A few years back, we covered the launch of Seven Decades, the London show that uses rare vintage guitars to perform 70 years of rock hits. With new shows in the offing, it’s time to visit the guitar vault of founders, Phil Hylander and Michael Ross, to take a closer look at their ’Bursts, tweed amps and Teles…
If Carlsberg made offices, to paraphrase a popular beer commercial, they’d probably look like this. Just off Oxford Street, we’re taking it easy in the headquarters of Seven Decades, the show that brings one of Britain’s best vintage guitar collections to the London stage.
There’s a vintage Porsche in the garage at the back, a BMX on the wall and scores of vintage guitars, including a 1958 Gibson Les Paul Standard, stored in battered cases on well-lit shelving.
But Seven Decades’ vintage Fenders and Gibsons are not playthings nor museum pieces - it’s a working collection of gigging guitars. Every one of the Seven Decades guitars is played at full tilt through classic Fender and Marshall amps as the show romps through 70 years of the world’s greatest guitar music, from Buddy Holly to Buddy Guy.
“We started off just as ‘guitar heads’ - buying one or two things to play - but we started getting obsessed,” says Michael Ross, who is the show’s guitarist and co-founder, along with long-time friend Phil Hylander, who is the hawk-eyed collector on the team. It was Phil’s love of John Frusciante’s guitar playing that drew him to the ’57 Strat that became Seven Decades’ first guitar, which still takes pride of place in the show today.
“I think we’ve probably got about 25 guitars in total now,” says Phil Hylander. “It’s not that we’ve stopped collecting, but it was never purely about collecting guitars. We actually moved a little bit away from that so we could put the show together. We are not doing this on a snobbish level - our motivation is to have a deep relationship with each of the guitars and that limits the amount of guitars that we’re ever going to buy.”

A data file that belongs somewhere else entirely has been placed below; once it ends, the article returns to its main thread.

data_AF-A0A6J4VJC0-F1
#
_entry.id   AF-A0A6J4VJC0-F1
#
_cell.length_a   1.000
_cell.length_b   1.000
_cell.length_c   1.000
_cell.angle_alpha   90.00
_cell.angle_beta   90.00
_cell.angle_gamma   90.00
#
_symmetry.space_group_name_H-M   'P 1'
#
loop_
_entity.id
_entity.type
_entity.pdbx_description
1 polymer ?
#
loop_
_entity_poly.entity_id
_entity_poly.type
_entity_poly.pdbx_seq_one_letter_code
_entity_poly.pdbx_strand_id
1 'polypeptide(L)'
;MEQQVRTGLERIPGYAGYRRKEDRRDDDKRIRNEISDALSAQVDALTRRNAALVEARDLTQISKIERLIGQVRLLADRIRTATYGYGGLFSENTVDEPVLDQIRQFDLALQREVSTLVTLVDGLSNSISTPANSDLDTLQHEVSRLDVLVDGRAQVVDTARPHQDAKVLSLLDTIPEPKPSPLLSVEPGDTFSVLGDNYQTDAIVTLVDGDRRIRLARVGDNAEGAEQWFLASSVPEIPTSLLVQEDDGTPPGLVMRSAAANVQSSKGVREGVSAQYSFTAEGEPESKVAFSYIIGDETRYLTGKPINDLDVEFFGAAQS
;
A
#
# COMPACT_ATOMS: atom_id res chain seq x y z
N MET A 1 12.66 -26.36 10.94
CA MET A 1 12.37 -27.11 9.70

The holy grail collection
“We need to have a guitar in our hands and make a connection with it before we’ll buy. Instinct is massive,” Michael Ross adds, explaining how they choose guitars.
“When it comes to buying guitars for the show, we want the holy grail,” Phil admits. “Not too beaten up, but not so perfect you’d be afraid to play it.”
The Seven Decades show started out at the famous Wilton’s Music Hall in London, but Phil says the show is set to branch out into other forms in the near future.
“After we did the big Wilton shows we went into partnership with Bill Curbishley, who is the manager of The Who,” Phil explains, “along with another guy called Rocky Oldham, who is another very famous film-maker and also, incidentally, Alvin Lee’s ex-roadie and U2’s documentary maker. And we are now working on two versions in parallel. The setlist is the same in both, but each of them is made for a very different theatrical setting.”
Phil says that the longer-term project is to produce a more character-driven, theatrical version of the show, though he stresses it will not be a musical. In the near term, they’ll also be working on a shorter, punchier version of the original Wilton’s spectacular - with an evocative new filmic backdrop by rock film-maker Nick Morris and a streamlined set.